A Fellowship of One

“So comes snow after fire.” J.R.R. Tolkien wrote this at the end of The Hobbit. It seems fitting today.

A dark cloud battled inside of me yesterday. Some days my sensitivity stays under the surface, bashing against my soul like tectonic plates wanting me to quake.

Okay, so I just wrote that last paragraph quickly, and rereading it makes it sound like I’m trying to be all literary with alliteration. I’m not. Suffice to say, yesterday sucked.

I won’t go into details, because this is absolutely not the place to wallow in self-pity or to spew out annoyances. But sometimes, I really wish I had some fellow artists to commiserate with. Not online, where you receive ten words of encouragement from strangers. Those are meaningful, but there are times you need someone to listen to a half hour of your ranting. That’s all. Then to not try to fix anything, nor offer any advice since sometimes there is no advice to be found.

Sometimes, you simply need someone to listen and know the frustrations you have as a writer making a living writing.

hemingway-cuba“Writing, at its best, is a lonely life.” Ernest Hemingway said this. It’s very true. And this is coming from a man who became a celebrity, who became legendary. That doesn’t matter, because you can’t bring friends and fame to your job as a writer. Ultimately there is only one person sitting there facing the page and filling it with words.

Every sentence is a decision. Every paragraph a choice. Every chapter a direction.

Some decisions could be better. Some choices become regrettable. And some directions are headed in the wrong way.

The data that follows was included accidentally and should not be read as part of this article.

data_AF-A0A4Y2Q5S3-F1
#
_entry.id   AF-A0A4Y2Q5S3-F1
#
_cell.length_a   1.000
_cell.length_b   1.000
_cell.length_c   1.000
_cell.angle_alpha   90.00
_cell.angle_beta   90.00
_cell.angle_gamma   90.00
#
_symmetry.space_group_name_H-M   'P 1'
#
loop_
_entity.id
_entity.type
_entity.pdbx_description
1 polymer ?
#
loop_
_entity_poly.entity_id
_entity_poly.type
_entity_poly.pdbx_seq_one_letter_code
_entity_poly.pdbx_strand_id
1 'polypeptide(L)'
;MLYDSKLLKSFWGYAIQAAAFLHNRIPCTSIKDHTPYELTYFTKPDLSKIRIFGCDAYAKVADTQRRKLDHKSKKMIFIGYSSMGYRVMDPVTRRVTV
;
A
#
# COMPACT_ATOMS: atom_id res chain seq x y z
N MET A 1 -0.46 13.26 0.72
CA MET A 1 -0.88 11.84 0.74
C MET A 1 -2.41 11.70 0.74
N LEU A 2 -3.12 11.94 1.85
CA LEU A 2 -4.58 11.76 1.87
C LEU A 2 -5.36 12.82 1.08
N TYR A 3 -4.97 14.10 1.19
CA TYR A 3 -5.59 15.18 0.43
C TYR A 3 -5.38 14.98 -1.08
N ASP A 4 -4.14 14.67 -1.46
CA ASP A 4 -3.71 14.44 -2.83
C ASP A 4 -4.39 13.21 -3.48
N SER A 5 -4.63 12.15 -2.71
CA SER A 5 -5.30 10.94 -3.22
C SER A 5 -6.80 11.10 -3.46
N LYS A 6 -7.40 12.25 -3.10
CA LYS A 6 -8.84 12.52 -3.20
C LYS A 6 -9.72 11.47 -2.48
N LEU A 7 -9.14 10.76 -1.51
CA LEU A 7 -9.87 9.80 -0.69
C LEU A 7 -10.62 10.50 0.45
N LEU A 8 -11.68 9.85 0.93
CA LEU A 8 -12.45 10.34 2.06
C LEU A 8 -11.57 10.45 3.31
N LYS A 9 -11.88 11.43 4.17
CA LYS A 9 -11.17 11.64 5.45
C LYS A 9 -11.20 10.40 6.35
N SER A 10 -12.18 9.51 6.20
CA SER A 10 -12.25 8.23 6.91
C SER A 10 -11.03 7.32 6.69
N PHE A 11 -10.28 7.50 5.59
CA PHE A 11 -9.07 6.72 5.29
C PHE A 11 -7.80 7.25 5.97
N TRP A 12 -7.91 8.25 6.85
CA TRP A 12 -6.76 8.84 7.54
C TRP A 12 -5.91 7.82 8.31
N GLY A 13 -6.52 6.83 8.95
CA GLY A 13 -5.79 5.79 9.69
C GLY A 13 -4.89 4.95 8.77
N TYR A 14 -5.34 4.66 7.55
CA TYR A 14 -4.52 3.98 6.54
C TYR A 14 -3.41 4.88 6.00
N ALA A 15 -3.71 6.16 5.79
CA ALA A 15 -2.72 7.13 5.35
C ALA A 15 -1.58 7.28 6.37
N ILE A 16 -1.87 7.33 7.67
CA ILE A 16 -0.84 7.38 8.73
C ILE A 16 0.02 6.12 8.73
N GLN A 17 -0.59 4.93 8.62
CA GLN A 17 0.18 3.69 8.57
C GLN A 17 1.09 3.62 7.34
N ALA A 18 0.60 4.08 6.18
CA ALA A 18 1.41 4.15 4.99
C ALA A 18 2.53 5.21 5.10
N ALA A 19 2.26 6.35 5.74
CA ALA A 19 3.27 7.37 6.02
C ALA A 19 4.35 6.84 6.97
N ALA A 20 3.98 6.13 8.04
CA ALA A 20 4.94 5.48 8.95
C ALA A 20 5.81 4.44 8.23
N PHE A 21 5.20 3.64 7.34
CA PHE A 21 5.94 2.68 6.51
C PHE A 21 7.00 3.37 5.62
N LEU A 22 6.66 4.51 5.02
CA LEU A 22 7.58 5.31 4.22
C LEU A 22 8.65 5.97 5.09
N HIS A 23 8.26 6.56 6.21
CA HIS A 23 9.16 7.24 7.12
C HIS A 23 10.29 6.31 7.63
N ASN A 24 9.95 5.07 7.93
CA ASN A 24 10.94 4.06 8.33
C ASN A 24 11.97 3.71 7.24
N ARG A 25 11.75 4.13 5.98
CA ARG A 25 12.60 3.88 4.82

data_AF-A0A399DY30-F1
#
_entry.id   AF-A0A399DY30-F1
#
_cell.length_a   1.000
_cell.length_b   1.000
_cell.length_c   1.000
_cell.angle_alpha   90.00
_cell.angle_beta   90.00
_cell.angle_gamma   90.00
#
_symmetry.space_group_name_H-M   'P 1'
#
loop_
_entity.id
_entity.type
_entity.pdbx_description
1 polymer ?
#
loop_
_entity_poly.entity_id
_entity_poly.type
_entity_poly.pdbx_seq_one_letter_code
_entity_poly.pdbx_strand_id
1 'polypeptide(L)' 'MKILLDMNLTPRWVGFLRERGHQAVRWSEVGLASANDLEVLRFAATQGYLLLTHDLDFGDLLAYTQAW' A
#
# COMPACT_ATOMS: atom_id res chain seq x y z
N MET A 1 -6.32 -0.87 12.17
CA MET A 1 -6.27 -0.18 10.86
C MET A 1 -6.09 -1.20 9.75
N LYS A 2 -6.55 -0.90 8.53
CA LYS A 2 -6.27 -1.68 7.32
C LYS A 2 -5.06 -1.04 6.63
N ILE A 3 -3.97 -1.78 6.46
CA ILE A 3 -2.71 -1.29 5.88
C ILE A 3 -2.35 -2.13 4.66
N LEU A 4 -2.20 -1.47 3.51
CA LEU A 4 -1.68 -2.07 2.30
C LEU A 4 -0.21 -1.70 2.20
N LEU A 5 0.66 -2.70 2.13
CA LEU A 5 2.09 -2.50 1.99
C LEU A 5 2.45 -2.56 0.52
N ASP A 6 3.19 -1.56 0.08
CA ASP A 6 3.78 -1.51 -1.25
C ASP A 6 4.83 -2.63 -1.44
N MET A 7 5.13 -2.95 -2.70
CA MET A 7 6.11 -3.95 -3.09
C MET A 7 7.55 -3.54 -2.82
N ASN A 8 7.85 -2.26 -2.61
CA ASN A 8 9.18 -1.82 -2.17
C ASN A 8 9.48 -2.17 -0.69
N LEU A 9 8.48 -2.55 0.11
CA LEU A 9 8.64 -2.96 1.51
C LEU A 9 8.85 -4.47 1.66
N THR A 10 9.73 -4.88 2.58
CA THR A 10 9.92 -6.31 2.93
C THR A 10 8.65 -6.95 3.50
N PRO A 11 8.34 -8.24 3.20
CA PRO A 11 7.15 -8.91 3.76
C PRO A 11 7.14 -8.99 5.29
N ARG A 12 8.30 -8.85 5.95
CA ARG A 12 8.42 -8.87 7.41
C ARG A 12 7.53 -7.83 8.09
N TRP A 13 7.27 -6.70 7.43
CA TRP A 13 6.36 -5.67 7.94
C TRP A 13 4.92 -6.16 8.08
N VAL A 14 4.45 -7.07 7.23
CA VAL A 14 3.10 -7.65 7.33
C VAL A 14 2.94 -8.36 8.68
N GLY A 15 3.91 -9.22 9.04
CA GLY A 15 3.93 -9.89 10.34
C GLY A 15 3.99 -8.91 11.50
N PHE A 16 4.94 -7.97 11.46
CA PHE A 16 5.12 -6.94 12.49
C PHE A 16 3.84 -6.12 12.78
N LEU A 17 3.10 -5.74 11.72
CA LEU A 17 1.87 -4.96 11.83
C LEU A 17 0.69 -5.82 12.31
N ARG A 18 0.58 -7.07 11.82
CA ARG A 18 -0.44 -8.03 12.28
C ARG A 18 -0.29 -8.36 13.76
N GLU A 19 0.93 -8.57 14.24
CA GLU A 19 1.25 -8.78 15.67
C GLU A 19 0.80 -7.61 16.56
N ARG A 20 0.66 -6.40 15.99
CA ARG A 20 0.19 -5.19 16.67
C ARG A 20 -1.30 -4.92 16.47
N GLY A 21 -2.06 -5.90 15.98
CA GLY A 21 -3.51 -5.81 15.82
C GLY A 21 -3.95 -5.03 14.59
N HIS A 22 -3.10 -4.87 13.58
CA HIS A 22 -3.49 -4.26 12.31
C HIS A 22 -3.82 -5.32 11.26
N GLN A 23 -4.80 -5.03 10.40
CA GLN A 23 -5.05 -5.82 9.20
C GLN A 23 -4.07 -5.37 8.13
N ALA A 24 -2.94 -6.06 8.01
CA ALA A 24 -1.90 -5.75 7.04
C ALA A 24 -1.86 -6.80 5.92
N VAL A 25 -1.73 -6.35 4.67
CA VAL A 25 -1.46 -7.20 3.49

My job over the last decade of co-writing and ghostwriting hasn’t been to construct brilliant prose or to create moving metaphors. My key role, as I’ve always seen it, has been to finish projects. To come alongside someone and help them put their ideas and stories onto the page. Most of the time, the difficulty is getting to the finish line on time.

Some books become battles of endurance, where some basic things need to be abandoned to simple finish. And most of the time, nobody will know how painful the journey can be. The few tied together to the project are usually too busy and too burdened by the load they’re carrying. So then, when the book is finally released, I hear a vast and inexplicable silence.

Sometimes, the silence can lacerate your soul.

Yesterday, I took my anger and frustration to the bookstore. I went there to prove a point, to never forget this day. To accentuate the pain.

It’s always a strange thing to buy a book you wrote. Even stranger is when you’re seeing it for the very first time in a bookstore, and you’re paying for it because you don’t have a copy.

The silence has become the norm, but still . . . Every now and then, I’d love to get some little bit of appreciation. My love language is words of affirmation, and I live in a silent world where the only words I hear are my own.

Ah, yes, the self-pity. I apologize. I am very, very, very blessed. God has given me so much. So I must stop this.

There are things I sign up for where I know the drill. This is part of the deal. This is the price you have to pay. You don’t do these sorts of things for praise. You deliberately stand out of the spotlight. Your place is in the shadows, in the silence, working alone.

90“So comes snow after fire,” J.R.R. Tolkien wrote, “and even dragons have their endings.”

Yes, they most certainly do.

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